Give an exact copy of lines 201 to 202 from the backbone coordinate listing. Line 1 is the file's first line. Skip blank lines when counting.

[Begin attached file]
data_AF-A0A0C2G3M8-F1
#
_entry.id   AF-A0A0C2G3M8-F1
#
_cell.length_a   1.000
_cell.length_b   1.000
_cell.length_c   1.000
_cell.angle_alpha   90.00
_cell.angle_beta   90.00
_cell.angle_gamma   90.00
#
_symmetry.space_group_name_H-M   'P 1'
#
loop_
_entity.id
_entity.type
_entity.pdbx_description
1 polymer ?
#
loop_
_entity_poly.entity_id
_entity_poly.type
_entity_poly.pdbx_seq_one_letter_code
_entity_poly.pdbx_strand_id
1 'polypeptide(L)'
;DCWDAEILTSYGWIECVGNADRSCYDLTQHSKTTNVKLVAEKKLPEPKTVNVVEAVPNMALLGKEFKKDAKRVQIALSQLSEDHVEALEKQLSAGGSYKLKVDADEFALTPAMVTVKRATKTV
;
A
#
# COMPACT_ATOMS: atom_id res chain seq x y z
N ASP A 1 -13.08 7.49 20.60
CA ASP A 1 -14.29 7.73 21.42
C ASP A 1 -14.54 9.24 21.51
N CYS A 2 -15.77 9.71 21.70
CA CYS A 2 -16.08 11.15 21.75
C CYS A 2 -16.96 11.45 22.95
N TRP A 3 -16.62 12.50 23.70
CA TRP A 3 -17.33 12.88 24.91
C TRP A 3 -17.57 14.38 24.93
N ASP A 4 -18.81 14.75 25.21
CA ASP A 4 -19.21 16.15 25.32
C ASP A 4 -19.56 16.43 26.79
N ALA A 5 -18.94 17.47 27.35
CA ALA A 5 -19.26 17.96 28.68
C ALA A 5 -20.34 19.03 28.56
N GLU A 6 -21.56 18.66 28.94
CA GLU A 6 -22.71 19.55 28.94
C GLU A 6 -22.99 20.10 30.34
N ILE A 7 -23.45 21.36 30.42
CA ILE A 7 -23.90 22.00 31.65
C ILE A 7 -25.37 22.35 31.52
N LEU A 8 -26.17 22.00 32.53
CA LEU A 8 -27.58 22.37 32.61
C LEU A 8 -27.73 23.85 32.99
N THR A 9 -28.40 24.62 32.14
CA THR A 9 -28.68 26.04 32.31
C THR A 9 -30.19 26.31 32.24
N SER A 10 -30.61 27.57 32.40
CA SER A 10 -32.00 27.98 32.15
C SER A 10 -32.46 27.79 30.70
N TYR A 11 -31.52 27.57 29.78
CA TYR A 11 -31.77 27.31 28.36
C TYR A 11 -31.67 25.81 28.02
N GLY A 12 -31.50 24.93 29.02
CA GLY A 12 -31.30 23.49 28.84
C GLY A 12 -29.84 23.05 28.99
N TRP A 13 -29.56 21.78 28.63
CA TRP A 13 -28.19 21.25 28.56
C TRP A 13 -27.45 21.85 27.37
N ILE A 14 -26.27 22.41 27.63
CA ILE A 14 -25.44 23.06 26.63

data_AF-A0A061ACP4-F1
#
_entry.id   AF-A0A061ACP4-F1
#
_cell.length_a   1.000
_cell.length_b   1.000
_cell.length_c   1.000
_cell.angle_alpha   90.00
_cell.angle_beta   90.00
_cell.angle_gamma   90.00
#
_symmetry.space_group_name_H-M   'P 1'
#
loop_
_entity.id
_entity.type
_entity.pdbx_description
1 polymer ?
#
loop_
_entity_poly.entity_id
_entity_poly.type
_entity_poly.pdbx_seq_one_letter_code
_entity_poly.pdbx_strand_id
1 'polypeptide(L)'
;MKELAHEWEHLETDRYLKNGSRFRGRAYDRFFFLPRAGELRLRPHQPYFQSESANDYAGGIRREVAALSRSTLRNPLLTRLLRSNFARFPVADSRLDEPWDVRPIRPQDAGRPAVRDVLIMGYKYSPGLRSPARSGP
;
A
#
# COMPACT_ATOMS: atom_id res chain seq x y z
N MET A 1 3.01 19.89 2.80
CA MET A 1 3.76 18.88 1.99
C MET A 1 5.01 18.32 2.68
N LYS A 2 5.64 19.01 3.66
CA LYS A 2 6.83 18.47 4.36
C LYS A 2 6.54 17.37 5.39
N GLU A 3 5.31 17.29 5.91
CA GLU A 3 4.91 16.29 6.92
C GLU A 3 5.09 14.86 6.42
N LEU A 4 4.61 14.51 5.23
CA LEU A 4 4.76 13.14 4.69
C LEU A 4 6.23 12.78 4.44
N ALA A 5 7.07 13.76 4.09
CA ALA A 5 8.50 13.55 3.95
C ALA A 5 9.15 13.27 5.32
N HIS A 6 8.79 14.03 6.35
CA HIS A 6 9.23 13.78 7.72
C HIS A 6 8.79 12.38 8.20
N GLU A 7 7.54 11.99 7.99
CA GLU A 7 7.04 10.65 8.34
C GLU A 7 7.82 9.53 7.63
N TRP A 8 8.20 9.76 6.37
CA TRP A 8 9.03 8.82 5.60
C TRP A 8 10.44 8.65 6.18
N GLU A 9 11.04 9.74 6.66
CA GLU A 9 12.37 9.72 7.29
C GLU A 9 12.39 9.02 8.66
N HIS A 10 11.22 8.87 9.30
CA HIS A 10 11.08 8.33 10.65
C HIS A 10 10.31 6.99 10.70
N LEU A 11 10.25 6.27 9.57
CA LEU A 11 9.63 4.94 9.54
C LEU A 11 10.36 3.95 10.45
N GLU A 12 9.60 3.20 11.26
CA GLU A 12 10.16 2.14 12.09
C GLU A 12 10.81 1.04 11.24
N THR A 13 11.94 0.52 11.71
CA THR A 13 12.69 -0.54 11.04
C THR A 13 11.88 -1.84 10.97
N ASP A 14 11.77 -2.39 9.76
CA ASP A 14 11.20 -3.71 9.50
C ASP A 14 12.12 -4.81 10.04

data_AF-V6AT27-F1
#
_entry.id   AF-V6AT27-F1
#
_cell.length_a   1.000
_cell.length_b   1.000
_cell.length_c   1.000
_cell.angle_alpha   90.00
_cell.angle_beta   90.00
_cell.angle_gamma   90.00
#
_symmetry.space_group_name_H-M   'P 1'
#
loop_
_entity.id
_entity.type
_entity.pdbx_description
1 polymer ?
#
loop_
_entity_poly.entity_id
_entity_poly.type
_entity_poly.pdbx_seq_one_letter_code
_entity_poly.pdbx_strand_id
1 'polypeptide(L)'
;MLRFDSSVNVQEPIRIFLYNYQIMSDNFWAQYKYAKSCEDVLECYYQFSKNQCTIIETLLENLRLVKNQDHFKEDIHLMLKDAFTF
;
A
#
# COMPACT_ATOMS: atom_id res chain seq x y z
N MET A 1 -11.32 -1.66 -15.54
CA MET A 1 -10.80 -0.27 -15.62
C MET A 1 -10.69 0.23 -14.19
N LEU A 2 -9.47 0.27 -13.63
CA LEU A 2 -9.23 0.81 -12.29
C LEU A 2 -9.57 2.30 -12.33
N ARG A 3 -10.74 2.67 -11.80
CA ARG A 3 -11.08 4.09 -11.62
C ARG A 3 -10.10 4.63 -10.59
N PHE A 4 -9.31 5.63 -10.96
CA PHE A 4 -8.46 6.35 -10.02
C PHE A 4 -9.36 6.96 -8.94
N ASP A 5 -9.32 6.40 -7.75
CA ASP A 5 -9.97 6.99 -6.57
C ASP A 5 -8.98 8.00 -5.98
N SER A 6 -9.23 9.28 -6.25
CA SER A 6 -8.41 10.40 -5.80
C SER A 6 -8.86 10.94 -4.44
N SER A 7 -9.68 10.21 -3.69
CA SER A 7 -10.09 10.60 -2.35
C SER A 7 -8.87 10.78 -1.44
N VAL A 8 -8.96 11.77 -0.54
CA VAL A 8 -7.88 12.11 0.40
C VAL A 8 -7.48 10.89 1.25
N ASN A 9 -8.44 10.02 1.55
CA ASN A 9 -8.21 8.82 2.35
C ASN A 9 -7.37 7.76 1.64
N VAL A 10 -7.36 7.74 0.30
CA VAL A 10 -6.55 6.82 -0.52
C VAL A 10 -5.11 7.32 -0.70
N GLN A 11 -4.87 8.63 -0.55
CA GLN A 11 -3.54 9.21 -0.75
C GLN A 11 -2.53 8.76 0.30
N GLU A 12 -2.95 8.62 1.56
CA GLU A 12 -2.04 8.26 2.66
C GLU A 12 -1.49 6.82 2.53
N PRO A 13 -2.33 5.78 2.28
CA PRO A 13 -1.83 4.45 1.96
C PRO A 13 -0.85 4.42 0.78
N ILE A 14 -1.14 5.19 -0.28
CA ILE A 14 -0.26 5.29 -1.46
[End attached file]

N VAL A 10 -7.36 7.74 0.30
CA VAL A 10 -6.55 6.82 -0.52